Henry Vaughan Lanchester

The Builder 95 (October 3, 1908):343-348.

H. V. Lanchester (1863-1953) received the Royal Gold Medal of the Royal Institute of British Architects in 1934 and its Distinction in Town Planning not long thereafter. These awards recognized his varied and productive career in both fields. He and two partners in 1898 won the competition for their designs of a new City Hall and Law Courts in Cardiff, part of a larger civic center project. Several other successful competition entries followed over the years as did direct commissions for such major structures as churches, university halls, hospitals, research centers, and a number of housing estates.

Lanchester's strong interest in planning led to lecturing on civic design at University College, London and as an external examiner of this subject for the University of Liverpool from 1910 to 1912 during which years he also edited The Builder. He was among the founding members of the Town Planning Institute. In 1912 he served as a consultant on the design of New Delhi, and while in India he also prepared a plan for the city of Madras. He worked in other Indian cities as well, both as a planner and as the architect of important buildings. His writings on planning include The Art of Town Planning, Talks on Town Planning, and a book on his experience in Madras and Zanzibar whose plan he also prepared, Town Planning in Madras & Zanzibar.

The title of Lanchester's article, a short portion of which is reprinted below, suggests that he was only concerned with parks. However, his proposal had implications going well beyond this, for he suggested nothing less than an ideal form for a major metropolis. His diagram shows radiating wedges of open space flanked by parallel corridors of developed land pierced through the center by rail lines. As these radial fingers of development become farther apart with distance from the commercial center and its central station, other wedges of open space are introduced. In his text, Lanchester explicitly challenges the wisdom of the greenbelt concept of an encircling belt of park and open space.

Lanchester's theory of the ideal configuration for a metropolis resembled one presented at the R.I.B.A. town planning conference in 1910 by Dr. Rudolf Eberstadt of Berlin. Eberstadt illustrated contrasting greenbelt and radial park diagrams of how a great city should be planned. These were part of the entry in the Greater Berlin Competition of 1910 by Eberstadt, Möhring and Petersen. These also appeared in Eberstadt's Handbuch des Wohnungswesens und der Wohnungsfrage published in Jena in 1910. The following year Thomas Mawson reproduced Lanchester's diagram in his sumptuously illustrated volume, Civic Art.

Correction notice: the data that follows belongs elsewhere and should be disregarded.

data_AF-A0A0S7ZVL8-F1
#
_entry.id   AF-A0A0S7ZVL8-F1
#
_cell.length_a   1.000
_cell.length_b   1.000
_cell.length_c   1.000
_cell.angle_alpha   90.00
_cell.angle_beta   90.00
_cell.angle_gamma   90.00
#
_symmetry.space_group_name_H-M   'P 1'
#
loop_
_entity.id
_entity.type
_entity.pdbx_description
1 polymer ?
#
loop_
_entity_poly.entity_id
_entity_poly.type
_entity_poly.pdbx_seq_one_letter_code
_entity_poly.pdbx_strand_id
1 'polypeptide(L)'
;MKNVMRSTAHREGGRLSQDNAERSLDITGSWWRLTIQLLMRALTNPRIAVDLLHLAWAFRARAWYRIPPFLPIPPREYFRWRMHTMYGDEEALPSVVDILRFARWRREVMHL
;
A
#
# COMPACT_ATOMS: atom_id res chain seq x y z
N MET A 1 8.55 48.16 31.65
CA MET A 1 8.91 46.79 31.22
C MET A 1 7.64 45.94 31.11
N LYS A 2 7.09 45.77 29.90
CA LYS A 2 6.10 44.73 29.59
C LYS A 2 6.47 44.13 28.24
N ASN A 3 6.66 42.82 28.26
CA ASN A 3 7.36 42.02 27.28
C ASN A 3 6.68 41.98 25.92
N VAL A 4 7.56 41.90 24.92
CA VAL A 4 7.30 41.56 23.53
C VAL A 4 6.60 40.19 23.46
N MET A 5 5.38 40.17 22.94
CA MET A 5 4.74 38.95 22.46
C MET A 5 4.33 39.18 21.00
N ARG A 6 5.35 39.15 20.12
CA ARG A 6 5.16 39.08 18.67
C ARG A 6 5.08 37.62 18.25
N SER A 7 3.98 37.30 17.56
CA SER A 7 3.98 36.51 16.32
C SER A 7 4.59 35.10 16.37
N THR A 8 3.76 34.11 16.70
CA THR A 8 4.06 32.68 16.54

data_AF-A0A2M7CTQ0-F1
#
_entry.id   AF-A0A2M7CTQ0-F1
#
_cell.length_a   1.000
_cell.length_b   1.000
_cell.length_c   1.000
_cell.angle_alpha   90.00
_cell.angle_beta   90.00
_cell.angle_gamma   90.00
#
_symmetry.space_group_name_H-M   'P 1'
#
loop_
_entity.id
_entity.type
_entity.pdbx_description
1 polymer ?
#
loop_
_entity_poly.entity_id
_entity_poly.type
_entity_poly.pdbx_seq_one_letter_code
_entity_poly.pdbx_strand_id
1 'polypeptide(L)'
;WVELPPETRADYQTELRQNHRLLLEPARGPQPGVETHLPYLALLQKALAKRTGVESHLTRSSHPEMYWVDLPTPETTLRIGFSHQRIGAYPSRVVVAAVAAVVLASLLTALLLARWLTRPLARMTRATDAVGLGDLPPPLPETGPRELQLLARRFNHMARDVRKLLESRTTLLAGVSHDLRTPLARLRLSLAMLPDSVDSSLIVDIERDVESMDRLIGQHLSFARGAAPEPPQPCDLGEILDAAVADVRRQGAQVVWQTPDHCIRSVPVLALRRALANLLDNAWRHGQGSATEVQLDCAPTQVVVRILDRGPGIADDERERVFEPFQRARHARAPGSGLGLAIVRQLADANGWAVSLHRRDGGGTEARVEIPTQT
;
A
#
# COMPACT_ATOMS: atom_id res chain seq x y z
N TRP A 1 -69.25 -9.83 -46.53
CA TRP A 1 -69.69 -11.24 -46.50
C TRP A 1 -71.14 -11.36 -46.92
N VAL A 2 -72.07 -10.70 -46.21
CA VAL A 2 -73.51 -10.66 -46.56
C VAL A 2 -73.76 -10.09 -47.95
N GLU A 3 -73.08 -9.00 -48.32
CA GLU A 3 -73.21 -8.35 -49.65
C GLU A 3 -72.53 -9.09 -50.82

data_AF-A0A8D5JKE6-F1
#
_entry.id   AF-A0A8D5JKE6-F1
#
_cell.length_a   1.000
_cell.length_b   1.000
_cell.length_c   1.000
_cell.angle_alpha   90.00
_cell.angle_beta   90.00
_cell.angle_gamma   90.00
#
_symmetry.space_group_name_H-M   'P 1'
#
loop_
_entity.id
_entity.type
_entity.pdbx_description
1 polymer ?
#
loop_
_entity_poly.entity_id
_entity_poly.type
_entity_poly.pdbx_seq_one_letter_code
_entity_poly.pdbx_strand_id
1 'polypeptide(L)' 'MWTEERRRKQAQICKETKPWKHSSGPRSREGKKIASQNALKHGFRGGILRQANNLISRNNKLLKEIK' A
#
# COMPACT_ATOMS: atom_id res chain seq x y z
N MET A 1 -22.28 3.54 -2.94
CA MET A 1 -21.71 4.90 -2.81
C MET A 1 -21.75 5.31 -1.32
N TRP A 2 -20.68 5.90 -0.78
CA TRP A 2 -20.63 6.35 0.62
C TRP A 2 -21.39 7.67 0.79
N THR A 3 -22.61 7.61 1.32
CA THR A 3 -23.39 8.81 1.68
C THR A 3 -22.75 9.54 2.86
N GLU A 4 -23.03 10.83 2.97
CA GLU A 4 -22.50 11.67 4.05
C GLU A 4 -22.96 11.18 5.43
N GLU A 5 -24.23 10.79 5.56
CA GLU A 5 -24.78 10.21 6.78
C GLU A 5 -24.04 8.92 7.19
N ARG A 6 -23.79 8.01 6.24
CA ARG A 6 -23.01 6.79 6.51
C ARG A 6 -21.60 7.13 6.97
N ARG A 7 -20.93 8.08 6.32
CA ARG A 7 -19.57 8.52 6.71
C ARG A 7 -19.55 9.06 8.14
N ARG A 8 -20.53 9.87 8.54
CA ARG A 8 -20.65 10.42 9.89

The suggestions that have hitherto been made in this country as regards the comprehensive arrangement of open spaces seem to indicate a prevalent view that parks and recreation- grounds should form a ring round the city; it is, however, difficult to see on what basis this view rests, as, though it is undoubtedly a pleasant idea to connect up various parks by means of boulevards or parkways--and these may suitably form a ring-- the parks themselves should certainly be placed radially.

The ring form probably owes its inception to the cases where a chain of parks and open spaces has taken the place of obsolete fortifications, as in the Ring Strasse at Vienna, but where these special circumstances have not determined the plan it is clear that a series of parks placed radially is the more reasonable method. For one thing, they do not define the city area and exercise a restrictive influence on the space within them; for another, they lead from the more densely populated areas out into the open country, thus encouraging a general exodus towards it, and they also adapt themselves to the gradual expansion of the city....

The diagrammatic park system shown in the accompanying plan...indicates the view here expressed, and with municipalities sufficiently far sighted to purchase somewhat ahead of their needs it represents a much more economical method of procedure than that of the ring. Instead of having to secure ground ripe or nearly ripe for building operations they would obtain it at a greater distance and furthest from railway facilities, through which, even before it was necessary for public recreation, pleasant ways could be made leading into the lanes and commons of the "unimproved country districts, and the land could in the meantime be leased for golf links, allotments, and other purposes.... 

A diagram such as is here given looks peculiarly interesting, being intentionally reduced to its simplest elements, and possessing nothing of the variety due to the natural features that will inevitably modify it; but if we apply this method to a city such as London we shall be able to realise much better its actual effect. Now London is, on the whole, fairly well off in the matter of public parks and open spaces, but anyone starting for a walk from one to another cannot avoid passing through long stretches of sordid suburb, and, the natural tendency being to go outwards into the country, the links most in demand would be those running radially. Though one can hardly resist the instinct to provide an inner collecting boulevard of a ring form connecting parks and commons, the outer ones should certainly be laid down on radial lines as far as the selection of suitable areas admits.... 

Selected, scanned, edited, provided with headnotes, and formatted as a web document by John W. Reps, Professor Emeritus, Department of City and Regional Planning, West Sibley Hall, Cornell University, Ithaca, New York 14853, USA. Tel: (607) 255-5391, Fax: (607) 255-6681, E-mail: 
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